Recently we had a problem with an internal application that is hosted on Azure PaaS. Windows Authentication would be disabled periodically for our Cloud Service. This would cause our application to return a 403 error to all visitors because we required that users be authenticated before accessing the application. Originally we didn’t have this issue with our application on Azure, but at some point the default IIS configuration changed and we started seeing this issue when a new role was started.
Setting up a new BizTalk Server environment on the Azure IaaS with multiple Azure Virtual Machines (VM) involves a lot of steps and prerequisites. I have explained them in this blog.
Firstly, sign up for a new Azure subscription or add your Live ID as the co-admin in the Azure subscription if one already exists.
After the co-admin/sys admin privileges, you can choose to administer the Azure subscriptions in these ways: a) Azure PowerShell cmdlets b) Azure Management Portal.
I have used the Azure management portal for provisioning all cloud entities as it is more convenient and a time saver. Below is the architecture diagram that explains the BizTalk environment in Azure IaaS.
When the Windows 10 Technical Preview came out earlier this month, I wanted to see kick the tires a bit and see what was new. However, I need my laptop to work reliably, so I couldn’t take the risk of installing Windows 10 over my Windows 8.1 installation.
So, I decided to install it to a Virtual Machine (VM) running in Hyper-V. This would allow me to run Windows 10 in a “sandbox” that would not affect my primary operating system. It would also allow me to multitask – doing my normal day-to-day activities on my laptop, while still “playing around” with Windows 10.
The other thing I wanted to be able to do is native boot into the Virtual Hard Disk (VHD) used by this VM. VHD native boot is a nice feature that was added with Windows 7 and Server…
Microsoft provides a useful tutorial (located here) for running a TFS Continuous Delivery configuration, and automatically publishing to Azure. This tutorial, while instructive, is somewhat out of date, and it may be useful to have a more personalized experience of building such a continuous deployment, while running through the instructions on the tutorial.
As may be the case for others, the TFS server used for running automated builds was already setup and configured, and the project to be built already linked to this server, so I won’t go into that here. The build server is running TFS 2013, and the ASP.NET MVC5 application being built and deployed is running on Visual Studio 2013.
After verifying the functionality of the build server, I created a package build in TFS Team Build. These configuration settings are for the most part self-explanatory, but the exact configuration in the…
Recently had to field some questions regarding Office 365 and SharePoint online. Thought it would be beneficial for others looking for similar information. Leave a comment if you have additional input on any of these or have other questions regarding this topic:
We had issues where federated users were continually prompted from their username and password when trying to sync their OneDrive for Business account. Even if you typed the password correctly authentication still failed. We were directed to this KB Article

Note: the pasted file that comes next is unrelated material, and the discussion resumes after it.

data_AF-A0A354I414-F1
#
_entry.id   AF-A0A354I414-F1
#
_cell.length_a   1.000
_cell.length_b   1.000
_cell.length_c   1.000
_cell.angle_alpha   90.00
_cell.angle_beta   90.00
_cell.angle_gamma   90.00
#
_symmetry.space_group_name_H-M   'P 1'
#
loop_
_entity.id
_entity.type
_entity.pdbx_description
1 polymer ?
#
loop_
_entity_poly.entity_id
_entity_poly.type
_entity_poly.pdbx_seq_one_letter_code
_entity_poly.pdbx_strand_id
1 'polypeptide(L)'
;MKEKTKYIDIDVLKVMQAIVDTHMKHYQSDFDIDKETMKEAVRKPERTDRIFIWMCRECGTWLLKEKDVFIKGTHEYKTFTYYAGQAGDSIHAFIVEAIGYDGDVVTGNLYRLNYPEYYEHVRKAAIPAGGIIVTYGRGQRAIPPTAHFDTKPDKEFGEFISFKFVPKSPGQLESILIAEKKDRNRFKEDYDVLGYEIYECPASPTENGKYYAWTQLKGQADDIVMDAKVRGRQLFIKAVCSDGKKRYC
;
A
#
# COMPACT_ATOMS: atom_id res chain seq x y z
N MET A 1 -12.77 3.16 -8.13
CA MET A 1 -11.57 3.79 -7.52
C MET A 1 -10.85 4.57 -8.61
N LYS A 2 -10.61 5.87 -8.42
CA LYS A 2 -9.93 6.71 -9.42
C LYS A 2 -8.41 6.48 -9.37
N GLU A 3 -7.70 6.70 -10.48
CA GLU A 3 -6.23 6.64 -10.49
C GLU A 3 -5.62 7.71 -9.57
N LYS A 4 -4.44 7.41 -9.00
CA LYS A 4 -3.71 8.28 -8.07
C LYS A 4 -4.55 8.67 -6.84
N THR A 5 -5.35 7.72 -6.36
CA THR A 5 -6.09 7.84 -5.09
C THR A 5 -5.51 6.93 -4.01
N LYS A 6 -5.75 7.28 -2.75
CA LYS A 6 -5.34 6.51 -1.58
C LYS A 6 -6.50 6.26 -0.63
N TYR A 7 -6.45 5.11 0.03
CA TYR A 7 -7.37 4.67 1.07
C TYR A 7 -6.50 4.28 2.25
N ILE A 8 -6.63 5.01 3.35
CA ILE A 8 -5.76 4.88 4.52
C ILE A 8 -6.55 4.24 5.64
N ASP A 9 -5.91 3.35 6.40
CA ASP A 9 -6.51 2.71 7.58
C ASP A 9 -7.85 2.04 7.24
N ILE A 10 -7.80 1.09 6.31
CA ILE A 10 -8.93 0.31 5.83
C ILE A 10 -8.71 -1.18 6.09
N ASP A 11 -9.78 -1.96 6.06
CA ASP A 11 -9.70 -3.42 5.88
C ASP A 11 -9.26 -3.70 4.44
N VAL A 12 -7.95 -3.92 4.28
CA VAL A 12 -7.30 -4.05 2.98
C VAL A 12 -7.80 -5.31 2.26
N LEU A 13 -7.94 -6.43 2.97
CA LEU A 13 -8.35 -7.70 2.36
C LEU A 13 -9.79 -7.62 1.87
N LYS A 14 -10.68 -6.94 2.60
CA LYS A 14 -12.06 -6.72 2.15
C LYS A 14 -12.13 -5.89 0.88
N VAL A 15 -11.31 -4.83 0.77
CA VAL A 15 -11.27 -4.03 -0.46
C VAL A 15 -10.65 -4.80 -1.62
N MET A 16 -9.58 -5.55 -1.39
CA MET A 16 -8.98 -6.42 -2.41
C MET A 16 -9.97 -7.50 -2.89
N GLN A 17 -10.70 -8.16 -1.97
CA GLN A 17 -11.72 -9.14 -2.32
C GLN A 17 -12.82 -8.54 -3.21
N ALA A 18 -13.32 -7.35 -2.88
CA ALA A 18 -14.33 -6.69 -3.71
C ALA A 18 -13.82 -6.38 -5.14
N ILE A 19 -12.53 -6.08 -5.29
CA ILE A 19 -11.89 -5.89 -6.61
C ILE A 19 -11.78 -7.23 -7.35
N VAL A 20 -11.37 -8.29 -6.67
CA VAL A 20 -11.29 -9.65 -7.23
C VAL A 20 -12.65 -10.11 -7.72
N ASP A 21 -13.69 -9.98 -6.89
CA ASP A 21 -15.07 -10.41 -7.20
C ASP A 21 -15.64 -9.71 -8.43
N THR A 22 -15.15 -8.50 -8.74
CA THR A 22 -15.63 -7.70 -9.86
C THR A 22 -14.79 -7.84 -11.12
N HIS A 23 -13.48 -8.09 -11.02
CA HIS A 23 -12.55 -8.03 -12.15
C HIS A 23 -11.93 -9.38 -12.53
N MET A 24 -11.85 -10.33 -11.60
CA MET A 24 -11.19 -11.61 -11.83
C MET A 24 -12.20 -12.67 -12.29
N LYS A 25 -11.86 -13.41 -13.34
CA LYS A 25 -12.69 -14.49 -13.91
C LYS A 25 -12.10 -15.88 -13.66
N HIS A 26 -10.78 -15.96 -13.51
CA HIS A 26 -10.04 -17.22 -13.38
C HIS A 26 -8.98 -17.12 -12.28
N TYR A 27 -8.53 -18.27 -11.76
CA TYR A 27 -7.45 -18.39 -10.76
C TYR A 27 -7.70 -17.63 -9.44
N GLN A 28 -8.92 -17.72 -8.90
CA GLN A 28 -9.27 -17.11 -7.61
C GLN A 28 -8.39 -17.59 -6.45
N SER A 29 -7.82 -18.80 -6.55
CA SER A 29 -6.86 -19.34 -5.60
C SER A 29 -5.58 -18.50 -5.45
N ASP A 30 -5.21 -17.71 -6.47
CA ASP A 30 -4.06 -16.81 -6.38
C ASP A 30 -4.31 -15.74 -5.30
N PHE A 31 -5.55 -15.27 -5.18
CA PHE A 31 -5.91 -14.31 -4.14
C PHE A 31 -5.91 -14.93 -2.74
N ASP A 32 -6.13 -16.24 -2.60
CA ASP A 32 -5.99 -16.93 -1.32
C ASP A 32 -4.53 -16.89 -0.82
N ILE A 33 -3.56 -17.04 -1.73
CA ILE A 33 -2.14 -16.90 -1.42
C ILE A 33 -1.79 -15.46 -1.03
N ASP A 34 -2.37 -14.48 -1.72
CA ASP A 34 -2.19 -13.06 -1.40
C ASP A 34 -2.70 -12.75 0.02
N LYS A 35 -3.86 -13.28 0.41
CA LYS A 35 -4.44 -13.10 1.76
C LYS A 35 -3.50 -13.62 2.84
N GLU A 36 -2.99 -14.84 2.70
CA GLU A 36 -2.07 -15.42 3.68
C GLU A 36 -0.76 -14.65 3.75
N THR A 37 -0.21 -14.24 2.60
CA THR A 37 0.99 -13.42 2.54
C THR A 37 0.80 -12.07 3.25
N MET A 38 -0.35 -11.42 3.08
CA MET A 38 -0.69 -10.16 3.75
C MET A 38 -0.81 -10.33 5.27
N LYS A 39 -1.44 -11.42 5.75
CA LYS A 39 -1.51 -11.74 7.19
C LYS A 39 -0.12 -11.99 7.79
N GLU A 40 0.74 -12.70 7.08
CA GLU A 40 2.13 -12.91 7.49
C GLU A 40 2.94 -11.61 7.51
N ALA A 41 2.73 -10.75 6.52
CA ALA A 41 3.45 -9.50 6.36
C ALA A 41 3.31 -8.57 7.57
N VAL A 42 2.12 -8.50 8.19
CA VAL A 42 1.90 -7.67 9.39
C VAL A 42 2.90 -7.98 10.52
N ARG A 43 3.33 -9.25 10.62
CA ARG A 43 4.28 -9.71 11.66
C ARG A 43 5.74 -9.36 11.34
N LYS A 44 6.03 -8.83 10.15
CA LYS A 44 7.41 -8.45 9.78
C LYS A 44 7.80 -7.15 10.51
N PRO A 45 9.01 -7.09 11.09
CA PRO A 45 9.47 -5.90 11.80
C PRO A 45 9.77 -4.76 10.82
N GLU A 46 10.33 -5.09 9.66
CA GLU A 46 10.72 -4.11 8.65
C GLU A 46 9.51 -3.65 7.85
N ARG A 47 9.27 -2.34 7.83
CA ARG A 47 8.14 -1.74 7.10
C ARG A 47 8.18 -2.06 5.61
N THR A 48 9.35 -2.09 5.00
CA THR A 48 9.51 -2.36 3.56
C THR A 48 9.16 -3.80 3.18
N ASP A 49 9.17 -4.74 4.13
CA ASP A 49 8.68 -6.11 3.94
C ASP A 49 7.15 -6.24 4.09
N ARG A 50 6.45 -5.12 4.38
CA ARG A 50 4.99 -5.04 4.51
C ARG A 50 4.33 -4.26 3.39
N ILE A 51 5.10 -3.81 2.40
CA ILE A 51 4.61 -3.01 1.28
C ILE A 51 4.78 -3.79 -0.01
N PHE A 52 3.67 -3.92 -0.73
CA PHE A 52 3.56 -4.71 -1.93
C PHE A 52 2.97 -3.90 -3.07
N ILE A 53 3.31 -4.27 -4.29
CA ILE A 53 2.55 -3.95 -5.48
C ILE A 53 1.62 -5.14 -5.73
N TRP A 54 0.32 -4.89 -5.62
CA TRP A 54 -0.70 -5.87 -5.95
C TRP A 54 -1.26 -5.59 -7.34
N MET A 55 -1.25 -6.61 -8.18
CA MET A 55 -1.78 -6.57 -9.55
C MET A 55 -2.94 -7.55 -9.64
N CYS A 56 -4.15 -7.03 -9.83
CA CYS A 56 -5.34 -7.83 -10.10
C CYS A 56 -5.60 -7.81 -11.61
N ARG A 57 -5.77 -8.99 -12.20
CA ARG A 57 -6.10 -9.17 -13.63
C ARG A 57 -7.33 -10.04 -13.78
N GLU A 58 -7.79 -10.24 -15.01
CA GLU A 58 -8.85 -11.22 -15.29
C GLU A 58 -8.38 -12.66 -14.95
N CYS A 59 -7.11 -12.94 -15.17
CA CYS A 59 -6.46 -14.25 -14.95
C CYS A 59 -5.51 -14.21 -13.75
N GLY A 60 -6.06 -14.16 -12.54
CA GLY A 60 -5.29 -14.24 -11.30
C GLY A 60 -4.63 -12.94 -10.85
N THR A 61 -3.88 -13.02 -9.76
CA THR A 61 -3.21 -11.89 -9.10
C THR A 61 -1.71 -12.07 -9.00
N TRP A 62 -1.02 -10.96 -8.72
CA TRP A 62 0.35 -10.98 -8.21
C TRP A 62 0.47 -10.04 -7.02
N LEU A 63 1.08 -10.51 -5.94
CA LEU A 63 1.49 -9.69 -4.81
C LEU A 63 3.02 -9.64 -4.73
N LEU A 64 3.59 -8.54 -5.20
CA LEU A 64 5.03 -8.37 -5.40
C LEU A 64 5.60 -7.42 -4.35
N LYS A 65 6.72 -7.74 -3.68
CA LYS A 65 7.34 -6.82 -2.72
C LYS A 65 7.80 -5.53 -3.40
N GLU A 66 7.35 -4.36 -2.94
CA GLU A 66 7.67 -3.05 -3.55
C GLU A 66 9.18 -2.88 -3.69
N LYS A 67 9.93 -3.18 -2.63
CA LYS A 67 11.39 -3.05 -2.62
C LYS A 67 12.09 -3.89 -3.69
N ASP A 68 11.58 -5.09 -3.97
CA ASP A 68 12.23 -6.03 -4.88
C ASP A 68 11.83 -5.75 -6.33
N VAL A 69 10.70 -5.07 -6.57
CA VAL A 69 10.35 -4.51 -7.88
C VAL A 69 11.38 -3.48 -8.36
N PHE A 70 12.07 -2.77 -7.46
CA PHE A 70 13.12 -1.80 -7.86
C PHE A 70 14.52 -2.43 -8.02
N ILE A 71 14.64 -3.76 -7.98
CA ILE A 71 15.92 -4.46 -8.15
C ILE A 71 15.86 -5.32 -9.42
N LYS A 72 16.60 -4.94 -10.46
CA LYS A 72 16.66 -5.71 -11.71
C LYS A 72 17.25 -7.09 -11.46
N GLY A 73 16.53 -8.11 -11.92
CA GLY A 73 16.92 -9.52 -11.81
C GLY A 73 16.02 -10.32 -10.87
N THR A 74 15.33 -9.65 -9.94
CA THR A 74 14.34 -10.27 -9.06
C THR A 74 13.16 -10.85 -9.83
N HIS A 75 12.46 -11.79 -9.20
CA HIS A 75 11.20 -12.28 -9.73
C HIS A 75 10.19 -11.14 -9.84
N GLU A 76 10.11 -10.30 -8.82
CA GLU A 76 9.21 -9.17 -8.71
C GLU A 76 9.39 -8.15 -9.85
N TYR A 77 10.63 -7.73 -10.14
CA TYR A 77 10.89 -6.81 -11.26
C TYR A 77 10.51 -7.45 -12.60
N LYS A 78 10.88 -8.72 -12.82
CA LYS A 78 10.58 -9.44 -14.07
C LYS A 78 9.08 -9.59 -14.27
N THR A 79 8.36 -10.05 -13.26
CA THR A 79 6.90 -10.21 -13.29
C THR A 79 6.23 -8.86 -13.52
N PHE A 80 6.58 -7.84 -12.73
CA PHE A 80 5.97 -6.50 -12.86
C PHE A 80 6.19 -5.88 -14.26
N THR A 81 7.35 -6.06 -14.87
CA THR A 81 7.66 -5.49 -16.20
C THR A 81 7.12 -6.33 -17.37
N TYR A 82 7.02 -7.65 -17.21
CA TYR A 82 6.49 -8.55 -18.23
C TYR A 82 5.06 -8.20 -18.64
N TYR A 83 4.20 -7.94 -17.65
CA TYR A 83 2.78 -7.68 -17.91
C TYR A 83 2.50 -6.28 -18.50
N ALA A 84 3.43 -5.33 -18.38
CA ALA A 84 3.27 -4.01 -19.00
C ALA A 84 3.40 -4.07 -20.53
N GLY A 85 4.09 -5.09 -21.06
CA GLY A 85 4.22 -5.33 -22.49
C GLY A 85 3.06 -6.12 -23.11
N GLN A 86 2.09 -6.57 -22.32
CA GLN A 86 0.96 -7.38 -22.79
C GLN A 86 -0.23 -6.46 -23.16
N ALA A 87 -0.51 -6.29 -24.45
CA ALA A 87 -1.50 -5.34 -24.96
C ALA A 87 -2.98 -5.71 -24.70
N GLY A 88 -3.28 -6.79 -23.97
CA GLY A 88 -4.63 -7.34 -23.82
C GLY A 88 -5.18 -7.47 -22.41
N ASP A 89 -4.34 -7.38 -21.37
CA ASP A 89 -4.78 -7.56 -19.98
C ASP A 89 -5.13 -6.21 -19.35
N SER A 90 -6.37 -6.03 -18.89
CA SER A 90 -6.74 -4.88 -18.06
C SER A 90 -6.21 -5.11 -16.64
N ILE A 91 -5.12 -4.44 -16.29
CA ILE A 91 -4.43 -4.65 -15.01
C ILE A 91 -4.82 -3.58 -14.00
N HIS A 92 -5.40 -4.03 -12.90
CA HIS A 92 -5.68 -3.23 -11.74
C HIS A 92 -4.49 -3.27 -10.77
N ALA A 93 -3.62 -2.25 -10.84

Our specific problem was resolved by disabling Extended Protection for Authentication
I recently heard a cloud presentation by James Staten and that is what inspired this post.
Cloud is not the future, cloud is NOW!
The first thing you need to know is the cloud is not the future, the cloud is NOW! If you do not have a cloud strategy you are already behind the curve. Many companies are already in the cloud in various degrees and most have at least an initial cloud strategy mapped out. If the cloud has been brushed off as a fad or it’s not going to happen, you better get on it because the cloud is here and it is here to stay.
Dan Fluet from Tallan will be presenting at the Global Windows Azure Bootcamp – Tampa on March 29th.
Sign up Today it is FREE!
About the event
In April of 2013 we held the first Global Windows Azure Bootcamp at more than 90 locations around the globe! This year we want to again offer up a one day deep dive class to help thousands of people get up to speed on developing Cloud Computing Applications for Windows Azure. In addition to this great learning opportunity the hands on labs will feature pooling a huge global compute farm to perform diabetes research!
The long awaited webjobs is now in preview for Windows Azure! How many times have you deployed a website, then after a couple months requirements change and they want you to run a daily or continuous job that processes files or re-size images or works a queue, now with web jobs in Windows Azure it is easy. In this post I will explain how you can deploy this Azure Web Job as part of your Azure web site (PaaS), You just deploy and you are done. There is no need to zip up files and go to the management console. A one shot deal!
First off you can use Traffic Manager, or VM Load Balancing, or you could actually use both! It all depends on what you are trying to do.
VM load balancing:
1.Works only with VMs that are in a single region
2. Only does Round Robin
3.Works at the TCP/UDP level, routing traffic between one or more private endpoints that sit behind a public endpoint
This is an excellent example for load balancing Virtual Machines.